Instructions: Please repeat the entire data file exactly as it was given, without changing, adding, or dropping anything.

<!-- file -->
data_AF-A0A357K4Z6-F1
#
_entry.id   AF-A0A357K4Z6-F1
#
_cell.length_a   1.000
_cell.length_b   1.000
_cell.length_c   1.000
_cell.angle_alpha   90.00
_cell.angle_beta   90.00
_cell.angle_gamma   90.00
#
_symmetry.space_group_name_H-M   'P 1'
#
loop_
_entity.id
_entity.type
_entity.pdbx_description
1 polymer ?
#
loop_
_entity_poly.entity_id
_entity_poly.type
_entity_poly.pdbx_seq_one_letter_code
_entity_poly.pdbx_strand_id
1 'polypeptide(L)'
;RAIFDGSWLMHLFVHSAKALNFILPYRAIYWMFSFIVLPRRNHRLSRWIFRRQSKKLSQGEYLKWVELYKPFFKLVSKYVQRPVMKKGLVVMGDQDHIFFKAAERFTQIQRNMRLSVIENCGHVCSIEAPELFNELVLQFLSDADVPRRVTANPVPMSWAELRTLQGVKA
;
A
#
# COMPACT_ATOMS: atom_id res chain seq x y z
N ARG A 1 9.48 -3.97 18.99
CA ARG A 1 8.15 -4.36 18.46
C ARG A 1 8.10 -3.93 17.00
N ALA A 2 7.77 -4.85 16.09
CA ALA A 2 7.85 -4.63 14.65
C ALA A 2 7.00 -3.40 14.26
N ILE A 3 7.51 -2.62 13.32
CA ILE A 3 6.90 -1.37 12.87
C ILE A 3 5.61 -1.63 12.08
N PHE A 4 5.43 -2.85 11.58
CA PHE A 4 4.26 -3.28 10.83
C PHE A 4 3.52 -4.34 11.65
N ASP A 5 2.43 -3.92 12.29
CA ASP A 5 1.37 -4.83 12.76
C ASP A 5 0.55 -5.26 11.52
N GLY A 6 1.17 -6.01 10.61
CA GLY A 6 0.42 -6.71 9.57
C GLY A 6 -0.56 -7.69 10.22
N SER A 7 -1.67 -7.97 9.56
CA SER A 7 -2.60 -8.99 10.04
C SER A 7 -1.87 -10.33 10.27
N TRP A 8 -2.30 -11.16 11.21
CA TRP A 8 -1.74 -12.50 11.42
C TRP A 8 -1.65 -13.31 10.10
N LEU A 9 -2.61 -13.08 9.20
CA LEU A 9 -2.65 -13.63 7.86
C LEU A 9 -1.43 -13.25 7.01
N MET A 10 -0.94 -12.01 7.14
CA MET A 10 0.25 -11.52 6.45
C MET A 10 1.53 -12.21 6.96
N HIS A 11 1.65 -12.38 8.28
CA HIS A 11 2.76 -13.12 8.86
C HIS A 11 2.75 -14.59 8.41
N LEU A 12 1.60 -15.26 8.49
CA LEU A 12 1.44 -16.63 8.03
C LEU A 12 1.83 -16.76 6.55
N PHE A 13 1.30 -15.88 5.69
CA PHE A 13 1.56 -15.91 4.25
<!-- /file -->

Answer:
data_AF-A0A357K4Z6-F1
#
_entry.id   AF-A0A357K4Z6-F1
#
_cell.length_a   1.000
_cell.length_b   1.000
_cell.length_c   1.000
_cell.angle_alpha   90.00
_cell.angle_beta   90.00
_cell.angle_gamma   90.00
#
_symmetry.space_group_name_H-M   'P 1'
#
loop_
_entity.id
_entity.type
_entity.pdbx_description
1 polymer ?
#
loop_
_entity_poly.entity_id
_entity_poly.type
_entity_poly.pdbx_seq_one_letter_code
_entity_poly.pdbx_strand_id
1 'polypeptide(L)'
;RAIFDGSWLMHLFVHSAKALNFILPYRAIYWMFSFIVLPRRNHRLSRWIFRRQSKKLSQGEYLKWVELYKPFFKLVSKYVQRPVMKKGLVVMGDQDHIFFKAAERFTQIQRNMRLSVIENCGHVCSIEAPELFNELVLQFLSDADVPRRVTANPVPMSWAELRTLQGVKA
;
A
#
# COMPACT_ATOMS: atom_id res chain seq x y z
N ARG A 1 9.48 -3.97 18.99
CA ARG A 1 8.15 -4.36 18.46
C ARG A 1 8.10 -3.93 17.00
N ALA A 2 7.77 -4.85 16.09
CA ALA A 2 7.85 -4.63 14.65
C ALA A 2 7.00 -3.40 14.26
N ILE A 3 7.51 -2.62 13.32
CA ILE A 3 6.90 -1.37 12.87
C ILE A 3 5.61 -1.63 12.08
N PHE A 4 5.43 -2.85 11.58
CA PHE A 4 4.26 -3.28 10.83
C PHE A 4 3.52 -4.34 11.65
N ASP A 5 2.43 -3.92 12.29
CA ASP A 5 1.37 -4.83 12.76
C ASP A 5 0.55 -5.26 11.52
N GLY A 6 1.17 -6.01 10.61
CA GLY A 6 0.42 -6.71 9.57
C GLY A 6 -0.56 -7.69 10.22
N SER A 7 -1.67 -7.97 9.56
CA SER A 7 -2.60 -8.99 10.04
C SER A 7 -1.87 -10.33 10.27
N TRP A 8 -2.30 -11.16 11.21
CA TRP A 8 -1.74 -12.50 11.42
C TRP A 8 -1.65 -13.31 10.10
N LEU A 9 -2.61 -13.08 9.20
CA LEU A 9 -2.65 -13.63 7.86
C LEU A 9 -1.43 -13.25 7.01
N MET A 10 -0.94 -12.01 7.14
CA MET A 10 0.25 -11.52 6.45
C MET A 10 1.53 -12.21 6.96
N HIS A 11 1.65 -12.38 8.28
CA HIS A 11 2.76 -13.12 8.86
C HIS A 11 2.75 -14.59 8.41
N LEU A 12 1.60 -15.26 8.49
CA LEU A 12 1.44 -16.63 8.03
C LEU A 12 1.83 -16.76 6.55
N PHE A 13 1.30 -15.88 5.69
CA PHE A 13 1.56 -15.91 4.25